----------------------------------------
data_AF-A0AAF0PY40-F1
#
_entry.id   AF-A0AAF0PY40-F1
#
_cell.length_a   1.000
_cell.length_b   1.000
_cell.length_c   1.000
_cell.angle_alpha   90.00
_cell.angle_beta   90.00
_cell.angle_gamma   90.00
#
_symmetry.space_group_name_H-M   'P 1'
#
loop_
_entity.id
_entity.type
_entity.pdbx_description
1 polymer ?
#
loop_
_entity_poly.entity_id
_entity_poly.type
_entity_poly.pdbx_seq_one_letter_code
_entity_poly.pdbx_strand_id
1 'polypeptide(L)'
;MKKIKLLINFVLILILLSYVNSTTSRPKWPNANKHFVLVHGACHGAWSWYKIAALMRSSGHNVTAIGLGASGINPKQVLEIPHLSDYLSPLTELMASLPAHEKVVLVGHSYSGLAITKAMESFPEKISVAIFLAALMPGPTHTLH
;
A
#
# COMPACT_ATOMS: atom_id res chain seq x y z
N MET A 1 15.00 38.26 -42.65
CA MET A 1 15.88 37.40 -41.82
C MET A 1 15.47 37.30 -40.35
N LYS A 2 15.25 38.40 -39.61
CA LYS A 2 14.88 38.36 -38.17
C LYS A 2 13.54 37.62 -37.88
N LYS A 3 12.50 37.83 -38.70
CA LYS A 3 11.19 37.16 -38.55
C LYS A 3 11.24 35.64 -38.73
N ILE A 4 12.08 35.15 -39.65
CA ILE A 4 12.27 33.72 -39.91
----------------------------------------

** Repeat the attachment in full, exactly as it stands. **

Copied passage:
data_AF-A0AAF0PY40-F1
#
_entry.id   AF-A0AAF0PY40-F1
#
_cell.length_a   1.000
_cell.length_b   1.000
_cell.length_c   1.000
_cell.angle_alpha   90.00
_cell.angle_beta   90.00
_cell.angle_gamma   90.00
#
_symmetry.space_group_name_H-M   'P 1'
#
loop_
_entity.id
_entity.type
_entity.pdbx_description
1 polymer ?
#
loop_
_entity_poly.entity_id
_entity_poly.type
_entity_poly.pdbx_seq_one_letter_code
_entity_poly.pdbx_strand_id
1 'polypeptide(L)'
;MKKIKLLINFVLILILLSYVNSTTSRPKWPNANKHFVLVHGACHGAWSWYKIAALMRSSGHNVTAIGLGASGINPKQVLEIPHLSDYLSPLTELMASLPAHEKVVLVGHSYSGLAITKAMESFPEKISVAIFLAALMPGPTHTLH
;
A
#
# COMPACT_ATOMS: atom_id res chain seq x y z
N MET A 1 15.00 38.26 -42.65
CA MET A 1 15.88 37.40 -41.82
C MET A 1 15.47 37.30 -40.35
N LYS A 2 15.25 38.40 -39.61
CA LYS A 2 14.88 38.36 -38.17
C LYS A 2 13.54 37.62 -37.88
N LYS A 3 12.50 37.83 -38.70
CA LYS A 3 11.19 37.16 -38.55
C LYS A 3 11.24 35.64 -38.73
N ILE A 4 12.08 35.15 -39.65
CA ILE A 4 12.27 33.72 -39.91